High-speed railway opens to traffic in west China without disturbing panda habitat
A 238-km section of the Sichuan-Qinghai railway in western China became operational on Tuesday after 12 years of construction.
The first high-speed passenger train was launched at around 11 am from Maoxian County, Aba Tibetan and Qiang Autonomous Prefecture of Sichuan Province, heading for Chengdu, the capital city of Sichuan.
The railway crosses the rugged, earthquake-prone plateau region in northwest Sichuan, and takes a detour to avoid disturbing the Giant Panda National Park.
Yongqingtsu, the conductor in charge of Tuesday's train service, described the trip of about an hour as "smooth and comfortable."
Because the railway is built mostly in mountains, "more than half of the journey is in tunnels, which is like riding the subway," he said. The constant change of elevations also makes the trip, at a speed of 170 km per hour in the tunnel, like riding a super long escalator, he added.
The tunnels were drilled through the famous Longmenshan fault zone, where a lot of devastating earthquakes had struck, including an 8.0-magnitude quake on May 12, 2008.
Wang Zhigang, who is in charge of construction projects undertaken by the China Railway 12th Bureau Group Co. Ltd., said engineers and builders had tackled numerous formidable obstacles with breakthroughs in technology and construction methods during 12 years of harsh work in the construction.
Another highlight of the railway construction is great attentions paid to the protection of the wild panda habitat. China officially launched the Giant Panda National Park in 2021 that covers parts of Sichuan, Shaanxi and Gansu provinces.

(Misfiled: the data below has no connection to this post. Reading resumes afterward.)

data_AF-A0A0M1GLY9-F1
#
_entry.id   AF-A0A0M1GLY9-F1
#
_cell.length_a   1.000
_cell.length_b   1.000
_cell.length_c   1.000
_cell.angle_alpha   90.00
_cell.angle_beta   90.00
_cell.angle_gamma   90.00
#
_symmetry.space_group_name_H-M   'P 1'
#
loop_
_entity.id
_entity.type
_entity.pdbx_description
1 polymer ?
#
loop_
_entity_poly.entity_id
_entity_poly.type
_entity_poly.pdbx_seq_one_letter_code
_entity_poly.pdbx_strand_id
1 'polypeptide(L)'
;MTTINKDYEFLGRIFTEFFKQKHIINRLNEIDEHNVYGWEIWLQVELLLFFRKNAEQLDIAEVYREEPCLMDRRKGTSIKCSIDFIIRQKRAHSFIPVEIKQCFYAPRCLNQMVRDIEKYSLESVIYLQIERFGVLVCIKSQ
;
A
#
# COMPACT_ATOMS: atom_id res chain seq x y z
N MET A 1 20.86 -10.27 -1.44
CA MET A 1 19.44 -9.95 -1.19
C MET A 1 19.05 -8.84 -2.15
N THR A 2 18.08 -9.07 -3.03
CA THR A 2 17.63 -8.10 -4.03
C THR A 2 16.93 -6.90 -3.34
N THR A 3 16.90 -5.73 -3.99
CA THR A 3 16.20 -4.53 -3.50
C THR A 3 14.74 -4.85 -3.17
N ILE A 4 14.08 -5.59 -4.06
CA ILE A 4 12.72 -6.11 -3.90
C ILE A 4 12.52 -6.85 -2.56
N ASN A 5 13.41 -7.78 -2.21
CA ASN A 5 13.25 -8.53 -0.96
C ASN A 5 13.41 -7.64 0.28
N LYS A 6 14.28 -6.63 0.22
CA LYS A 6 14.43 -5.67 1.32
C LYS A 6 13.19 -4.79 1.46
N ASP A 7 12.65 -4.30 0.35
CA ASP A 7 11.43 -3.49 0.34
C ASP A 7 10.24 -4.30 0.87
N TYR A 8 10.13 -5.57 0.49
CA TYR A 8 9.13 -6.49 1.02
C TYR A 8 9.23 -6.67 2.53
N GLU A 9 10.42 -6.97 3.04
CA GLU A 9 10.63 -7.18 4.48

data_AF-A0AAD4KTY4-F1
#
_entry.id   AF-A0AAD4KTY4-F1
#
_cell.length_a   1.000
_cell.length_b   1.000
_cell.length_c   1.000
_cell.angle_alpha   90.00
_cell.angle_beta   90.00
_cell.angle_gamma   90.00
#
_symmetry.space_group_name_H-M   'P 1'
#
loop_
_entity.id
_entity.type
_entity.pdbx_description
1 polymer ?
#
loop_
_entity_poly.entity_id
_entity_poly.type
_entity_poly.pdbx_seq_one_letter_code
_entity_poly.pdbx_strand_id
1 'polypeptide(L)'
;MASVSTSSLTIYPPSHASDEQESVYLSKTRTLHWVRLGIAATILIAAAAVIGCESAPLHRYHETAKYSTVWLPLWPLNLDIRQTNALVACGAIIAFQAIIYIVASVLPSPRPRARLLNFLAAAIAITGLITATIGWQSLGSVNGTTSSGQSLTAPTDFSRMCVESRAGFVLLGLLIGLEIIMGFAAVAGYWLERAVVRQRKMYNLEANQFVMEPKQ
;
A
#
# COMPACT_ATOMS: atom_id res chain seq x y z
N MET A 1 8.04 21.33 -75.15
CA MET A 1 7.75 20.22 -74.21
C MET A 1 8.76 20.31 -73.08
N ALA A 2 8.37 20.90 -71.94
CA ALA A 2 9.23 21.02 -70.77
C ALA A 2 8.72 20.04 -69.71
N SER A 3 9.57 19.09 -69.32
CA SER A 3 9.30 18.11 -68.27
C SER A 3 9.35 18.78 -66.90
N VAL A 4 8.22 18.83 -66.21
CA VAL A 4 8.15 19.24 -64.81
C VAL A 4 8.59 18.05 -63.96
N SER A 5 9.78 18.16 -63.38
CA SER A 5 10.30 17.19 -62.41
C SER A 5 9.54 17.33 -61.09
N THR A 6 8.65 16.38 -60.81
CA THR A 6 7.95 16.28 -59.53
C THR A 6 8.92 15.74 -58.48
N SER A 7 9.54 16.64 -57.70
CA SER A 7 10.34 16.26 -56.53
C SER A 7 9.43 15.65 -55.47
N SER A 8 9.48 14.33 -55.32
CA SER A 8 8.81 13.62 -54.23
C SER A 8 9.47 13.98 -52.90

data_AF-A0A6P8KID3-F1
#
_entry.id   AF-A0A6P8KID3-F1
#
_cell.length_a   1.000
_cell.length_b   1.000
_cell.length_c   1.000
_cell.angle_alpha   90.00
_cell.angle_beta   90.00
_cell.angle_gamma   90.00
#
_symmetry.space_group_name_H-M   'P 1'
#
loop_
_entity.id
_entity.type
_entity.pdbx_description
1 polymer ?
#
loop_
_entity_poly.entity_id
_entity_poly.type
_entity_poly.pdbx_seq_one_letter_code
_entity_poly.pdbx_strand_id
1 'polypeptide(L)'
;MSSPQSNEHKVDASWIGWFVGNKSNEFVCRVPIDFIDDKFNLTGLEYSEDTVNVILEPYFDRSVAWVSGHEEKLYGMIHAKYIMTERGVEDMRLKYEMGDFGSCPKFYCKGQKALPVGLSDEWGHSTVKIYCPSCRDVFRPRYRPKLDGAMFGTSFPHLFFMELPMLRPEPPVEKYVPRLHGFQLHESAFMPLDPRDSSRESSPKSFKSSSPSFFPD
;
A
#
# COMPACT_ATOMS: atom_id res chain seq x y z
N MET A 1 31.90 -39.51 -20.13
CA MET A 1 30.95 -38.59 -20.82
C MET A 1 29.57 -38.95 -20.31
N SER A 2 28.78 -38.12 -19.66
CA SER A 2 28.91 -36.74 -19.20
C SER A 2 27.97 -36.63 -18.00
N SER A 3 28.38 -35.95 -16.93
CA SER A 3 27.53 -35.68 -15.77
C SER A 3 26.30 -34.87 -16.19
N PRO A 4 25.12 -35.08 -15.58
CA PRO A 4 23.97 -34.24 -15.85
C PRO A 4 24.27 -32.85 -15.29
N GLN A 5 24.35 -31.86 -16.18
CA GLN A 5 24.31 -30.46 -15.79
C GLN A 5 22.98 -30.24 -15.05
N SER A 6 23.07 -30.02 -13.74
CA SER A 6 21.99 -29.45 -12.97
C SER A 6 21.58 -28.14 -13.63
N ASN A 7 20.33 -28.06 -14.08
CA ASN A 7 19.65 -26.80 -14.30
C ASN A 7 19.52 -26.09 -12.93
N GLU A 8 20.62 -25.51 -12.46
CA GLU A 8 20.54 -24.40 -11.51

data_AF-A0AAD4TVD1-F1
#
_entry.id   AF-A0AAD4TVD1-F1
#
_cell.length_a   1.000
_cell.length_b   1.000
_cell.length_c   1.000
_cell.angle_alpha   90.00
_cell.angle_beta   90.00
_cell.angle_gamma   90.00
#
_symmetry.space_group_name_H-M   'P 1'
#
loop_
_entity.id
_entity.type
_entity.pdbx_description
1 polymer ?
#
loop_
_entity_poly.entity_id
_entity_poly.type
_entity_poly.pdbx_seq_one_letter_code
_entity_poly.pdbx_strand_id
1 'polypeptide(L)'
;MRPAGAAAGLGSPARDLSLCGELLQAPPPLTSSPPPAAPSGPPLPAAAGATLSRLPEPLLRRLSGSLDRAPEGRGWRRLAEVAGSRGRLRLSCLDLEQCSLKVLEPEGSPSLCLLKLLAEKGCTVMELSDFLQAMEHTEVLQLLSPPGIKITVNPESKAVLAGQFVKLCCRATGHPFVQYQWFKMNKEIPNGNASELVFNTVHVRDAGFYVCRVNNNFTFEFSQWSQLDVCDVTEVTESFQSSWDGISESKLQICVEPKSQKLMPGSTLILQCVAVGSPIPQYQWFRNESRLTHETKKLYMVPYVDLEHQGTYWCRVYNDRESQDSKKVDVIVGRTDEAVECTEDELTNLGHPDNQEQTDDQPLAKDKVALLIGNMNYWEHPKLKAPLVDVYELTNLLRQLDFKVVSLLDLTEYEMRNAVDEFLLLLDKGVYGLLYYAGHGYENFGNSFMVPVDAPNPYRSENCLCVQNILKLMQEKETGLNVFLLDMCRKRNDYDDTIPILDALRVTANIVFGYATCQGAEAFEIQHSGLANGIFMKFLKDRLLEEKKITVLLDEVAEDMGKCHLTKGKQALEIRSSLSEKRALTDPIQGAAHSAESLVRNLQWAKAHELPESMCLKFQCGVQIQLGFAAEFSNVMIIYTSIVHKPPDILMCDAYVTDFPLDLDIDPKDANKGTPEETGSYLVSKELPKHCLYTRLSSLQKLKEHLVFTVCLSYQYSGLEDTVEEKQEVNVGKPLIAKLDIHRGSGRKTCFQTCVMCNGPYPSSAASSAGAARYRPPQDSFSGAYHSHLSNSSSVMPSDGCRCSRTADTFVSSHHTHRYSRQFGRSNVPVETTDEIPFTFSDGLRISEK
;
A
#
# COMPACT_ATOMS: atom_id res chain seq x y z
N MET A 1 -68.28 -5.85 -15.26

In order to minimize the impact on ecological corridors that are crucial to exchanges between different groups of giant pandas, the railway either makes detours or goes through tunnels as deep as possible, said Mu Yalin, of the China Railway Eryuan Engineering Group Co. Ltd., the designer of the project.
"Sometimes we need to do 20 percent extra work in the construction due to the special design," Mu said.
The Sichuan-Qinghai railway will eventually stretch northwestward to Xining, the capital city of Qinghai Province. Upon completion of the whole project, the new rail line will connect the Qinghai-Tibet Plateau, the highest plateau in the world, into the massive high-speed transport network of China, which sets to put the region's development on fast track.
The operational line has threaded through an array of cultural and scenic attractions such as the Jiuzhai Valley, a UNESCO World Heritage Site famed for its spectacular waterfalls, lush forests, serene plateau lakes and karst rock formations, and the famed Sanxingdui Ruins featuring the ancient Shu civilization dating back more than 3,000 years.
On Tuesday morning, Xiao Jiudan, a staff member at the Maoxian railway station, brought home-grown apples, a local specialty, to passengers as a gift for their maiden trip.
At an altitude of some 1,500 meters, Maoxian is the country's largest area inhabited by the people of Qiang ethnic group. They now have a new option of traveling by high-speed trains.
"When the railway was still under construction, I saw many investors coming to seek business opportunities. I'm sure that the railway will bring prosperity to my hometown," said Xiao.